It seems like there’s been another mistake in Afghanistan, a terrible mistake. Or maybe not. It all depends on which version of events you believe, of course. Isn’t it terrific when you get to choose your own reality?
What we know for sure is that eight young Afghans are dead. They’ve been described by NATO sources who never actually saw them up close and personal as being “of varying ages” and “closer to 15-16” and one of them was older than that, of course; and they’ve been described by Afghan officials and local villagers as being between the ages of six and fourteen, with one aged eighteen.
They’ve been described by NATO officials as being “armed” and as posing “a threat to forces operating in the area,” at least “based on the observations of soldiers on the ground and camera footage” (footage that was not made available to anyone in the press because it had been sent to a forensics lab instead); and also as being “adult-sized and moving in a tactical fashion.”
On the other hand, one of the local villagers who claimed he had lost a son who was 12 years old and two nephews, ages 9 and 11, said that the youths had been sent “to take care of the goats and sheep and feed them and collect firewood from the trees nearby and bring it home so we can heat our homes.”
But, like I said, NATO’s take was different: “They were moving in open terrain in a tactical fashion and clearly keeping a distance from each other.” And they were armed, of course, after all. As for the weapons they were carrying, by the time the NATO assessment team arrived at the site where the boys died there was little left from the bombing other than “some fragments” that might be consistent with weapons, at least according to Air Commodore Mike Wigston.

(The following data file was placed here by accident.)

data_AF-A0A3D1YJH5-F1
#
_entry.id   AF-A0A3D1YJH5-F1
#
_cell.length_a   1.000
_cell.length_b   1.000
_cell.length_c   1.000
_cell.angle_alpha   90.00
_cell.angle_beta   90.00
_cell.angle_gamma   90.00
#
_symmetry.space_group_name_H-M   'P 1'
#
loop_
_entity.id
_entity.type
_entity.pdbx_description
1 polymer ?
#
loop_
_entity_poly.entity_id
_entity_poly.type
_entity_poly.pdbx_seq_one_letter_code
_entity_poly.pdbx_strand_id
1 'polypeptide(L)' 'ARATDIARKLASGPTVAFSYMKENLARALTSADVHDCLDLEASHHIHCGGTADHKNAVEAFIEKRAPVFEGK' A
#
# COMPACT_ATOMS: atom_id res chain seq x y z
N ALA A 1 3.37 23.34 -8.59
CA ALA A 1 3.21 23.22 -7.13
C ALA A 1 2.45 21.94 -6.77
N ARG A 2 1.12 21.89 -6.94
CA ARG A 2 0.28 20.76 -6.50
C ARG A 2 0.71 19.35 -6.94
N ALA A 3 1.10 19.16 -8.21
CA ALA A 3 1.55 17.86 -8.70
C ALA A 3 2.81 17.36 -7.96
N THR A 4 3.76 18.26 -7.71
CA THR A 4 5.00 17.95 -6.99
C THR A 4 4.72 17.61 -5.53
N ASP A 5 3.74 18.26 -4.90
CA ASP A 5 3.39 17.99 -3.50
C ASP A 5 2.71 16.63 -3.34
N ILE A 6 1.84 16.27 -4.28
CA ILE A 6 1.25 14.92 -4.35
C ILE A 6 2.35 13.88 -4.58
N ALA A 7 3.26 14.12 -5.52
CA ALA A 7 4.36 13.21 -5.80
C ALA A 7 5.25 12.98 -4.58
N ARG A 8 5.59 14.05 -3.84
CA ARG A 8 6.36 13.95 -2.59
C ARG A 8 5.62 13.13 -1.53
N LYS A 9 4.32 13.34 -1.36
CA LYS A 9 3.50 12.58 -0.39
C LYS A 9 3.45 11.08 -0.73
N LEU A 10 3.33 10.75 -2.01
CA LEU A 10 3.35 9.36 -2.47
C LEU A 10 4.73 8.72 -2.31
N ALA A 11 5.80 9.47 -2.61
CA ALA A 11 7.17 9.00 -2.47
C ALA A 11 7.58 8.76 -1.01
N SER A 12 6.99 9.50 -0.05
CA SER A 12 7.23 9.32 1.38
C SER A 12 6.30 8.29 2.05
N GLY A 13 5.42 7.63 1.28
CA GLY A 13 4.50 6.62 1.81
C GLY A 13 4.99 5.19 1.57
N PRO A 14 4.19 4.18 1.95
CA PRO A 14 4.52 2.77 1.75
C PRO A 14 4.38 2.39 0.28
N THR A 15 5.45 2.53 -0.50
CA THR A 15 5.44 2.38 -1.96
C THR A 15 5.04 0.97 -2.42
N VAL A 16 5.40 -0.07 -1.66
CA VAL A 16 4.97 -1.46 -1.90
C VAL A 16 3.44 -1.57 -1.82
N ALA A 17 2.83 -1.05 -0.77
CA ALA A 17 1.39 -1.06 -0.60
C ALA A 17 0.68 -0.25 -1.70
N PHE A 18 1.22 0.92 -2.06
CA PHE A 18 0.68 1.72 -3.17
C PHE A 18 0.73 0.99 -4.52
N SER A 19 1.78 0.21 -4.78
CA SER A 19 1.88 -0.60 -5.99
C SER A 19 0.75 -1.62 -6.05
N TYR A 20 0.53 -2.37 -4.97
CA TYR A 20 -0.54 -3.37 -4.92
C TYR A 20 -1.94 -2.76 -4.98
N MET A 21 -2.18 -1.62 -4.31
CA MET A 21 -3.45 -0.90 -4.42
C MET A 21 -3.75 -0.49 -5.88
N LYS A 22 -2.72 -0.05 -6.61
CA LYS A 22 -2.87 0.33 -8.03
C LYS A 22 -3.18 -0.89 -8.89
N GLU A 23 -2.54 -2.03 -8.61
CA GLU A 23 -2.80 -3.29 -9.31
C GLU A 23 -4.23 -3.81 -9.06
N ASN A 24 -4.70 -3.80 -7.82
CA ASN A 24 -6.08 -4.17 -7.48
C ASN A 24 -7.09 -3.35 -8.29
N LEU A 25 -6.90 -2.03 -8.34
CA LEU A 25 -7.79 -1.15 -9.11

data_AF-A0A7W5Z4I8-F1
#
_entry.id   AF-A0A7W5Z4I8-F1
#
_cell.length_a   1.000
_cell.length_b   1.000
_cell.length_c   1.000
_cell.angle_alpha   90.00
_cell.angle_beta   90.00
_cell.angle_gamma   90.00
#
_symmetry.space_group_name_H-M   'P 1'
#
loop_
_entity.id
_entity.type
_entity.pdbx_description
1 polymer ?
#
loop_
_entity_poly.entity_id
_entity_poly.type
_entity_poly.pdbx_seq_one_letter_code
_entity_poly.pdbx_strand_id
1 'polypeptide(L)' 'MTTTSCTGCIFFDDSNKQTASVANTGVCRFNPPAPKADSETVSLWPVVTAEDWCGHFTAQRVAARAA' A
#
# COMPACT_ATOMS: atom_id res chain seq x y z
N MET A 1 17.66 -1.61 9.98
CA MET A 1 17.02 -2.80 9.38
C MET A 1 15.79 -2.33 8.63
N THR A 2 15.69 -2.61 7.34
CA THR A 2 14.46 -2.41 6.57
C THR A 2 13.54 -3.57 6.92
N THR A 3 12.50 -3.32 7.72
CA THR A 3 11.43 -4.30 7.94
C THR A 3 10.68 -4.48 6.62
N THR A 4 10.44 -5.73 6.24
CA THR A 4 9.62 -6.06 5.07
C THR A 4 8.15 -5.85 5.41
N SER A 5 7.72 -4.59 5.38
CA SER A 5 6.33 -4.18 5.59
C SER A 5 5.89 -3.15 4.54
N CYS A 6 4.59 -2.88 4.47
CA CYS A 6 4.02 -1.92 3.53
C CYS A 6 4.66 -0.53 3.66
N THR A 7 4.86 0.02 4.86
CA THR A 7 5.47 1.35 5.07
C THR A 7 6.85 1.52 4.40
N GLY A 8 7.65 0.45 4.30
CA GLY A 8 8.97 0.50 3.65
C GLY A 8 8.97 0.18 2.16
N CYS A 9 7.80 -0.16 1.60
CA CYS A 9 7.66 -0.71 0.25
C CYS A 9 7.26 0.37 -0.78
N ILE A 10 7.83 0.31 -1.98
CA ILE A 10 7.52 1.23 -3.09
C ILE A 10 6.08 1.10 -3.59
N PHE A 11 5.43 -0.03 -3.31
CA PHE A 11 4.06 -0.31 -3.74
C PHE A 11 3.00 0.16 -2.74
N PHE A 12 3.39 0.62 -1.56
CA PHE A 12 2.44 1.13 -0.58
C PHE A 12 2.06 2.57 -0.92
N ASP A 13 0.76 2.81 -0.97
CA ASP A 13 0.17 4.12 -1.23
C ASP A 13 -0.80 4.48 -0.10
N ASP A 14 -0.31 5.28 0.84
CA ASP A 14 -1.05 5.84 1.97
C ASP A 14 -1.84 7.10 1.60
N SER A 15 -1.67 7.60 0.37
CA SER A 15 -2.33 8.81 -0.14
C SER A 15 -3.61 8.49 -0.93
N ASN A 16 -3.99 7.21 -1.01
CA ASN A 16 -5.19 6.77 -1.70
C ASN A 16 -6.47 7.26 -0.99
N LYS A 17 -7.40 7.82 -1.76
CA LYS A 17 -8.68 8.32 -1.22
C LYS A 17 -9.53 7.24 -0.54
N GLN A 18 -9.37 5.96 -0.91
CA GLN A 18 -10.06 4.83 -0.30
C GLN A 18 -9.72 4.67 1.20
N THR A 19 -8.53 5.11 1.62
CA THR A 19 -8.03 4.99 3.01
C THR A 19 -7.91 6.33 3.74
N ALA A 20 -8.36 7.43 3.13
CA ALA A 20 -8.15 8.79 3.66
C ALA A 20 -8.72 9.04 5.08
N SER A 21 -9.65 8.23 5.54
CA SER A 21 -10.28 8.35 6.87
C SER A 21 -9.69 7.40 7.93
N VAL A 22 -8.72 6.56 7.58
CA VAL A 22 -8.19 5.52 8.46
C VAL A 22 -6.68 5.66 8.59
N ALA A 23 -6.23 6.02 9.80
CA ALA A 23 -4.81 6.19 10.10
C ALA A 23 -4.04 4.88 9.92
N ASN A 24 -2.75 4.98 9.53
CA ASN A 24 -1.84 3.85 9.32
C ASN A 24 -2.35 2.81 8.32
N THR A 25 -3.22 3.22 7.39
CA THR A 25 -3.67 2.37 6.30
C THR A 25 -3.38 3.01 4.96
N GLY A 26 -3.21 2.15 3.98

Wigston, who led the NATO investigation team, is the director of air operations for the NATO joint command in the area. It was his aircraft that carried out the bombings apparently; and by the way, they didn’t bomb the boys just once. They did it twice. I guess they wanted to be certain whoever they were bombing was dead although it doesn’t seem like they’re certain about very much else as the NATO version of the story kept changing over the course of the last seven days.
When they reached the site, of course, the villagers found something else: “When we went there we saw the children in pieces, some missing legs, some missing arms, only the heads and face could be recognized, nothing else.”
Here is the latest story published in the New York Times in which NATO acknowledged that it was responsible for killing the kids without admitting that it did anything wrong. And here is the somewhat earlier version that provides more information about what the Afghans are saying.
Read the stories and figure it out for yourself. Hint: If you Google it, you’ll find bits and pieces of other information scattered about the web. Personally, I didn’t have a lot of time to investigate so I thought I would leave that to you.
What can we conclude from all of this? Well, for one thing, even if we can’t say it was a mistake, a terrible mistake, it seems even NATO agrees it was “a very sad event;” and one more in a long line of similar events involving NATO forces, I might add. But, hey, that’s the price we apparently have to pay to defend Americans from terrorists worldwide. It’s a heavy burden, I know, but someone has to do it.
Besides, it turns out the story has a happy ending. You remember Air Commodore Mike Wigston, the fellow in charge of the air operations that killed the kids and who conducted the investigation for NATO? It turns out he visited the village where the boys lived and offered “to make life better” for the villagers: “A road to the outside world would be a very important part of that,” Wigston said.
Halleluiah, praise God almighty, a road! Progress is a wonderful thing.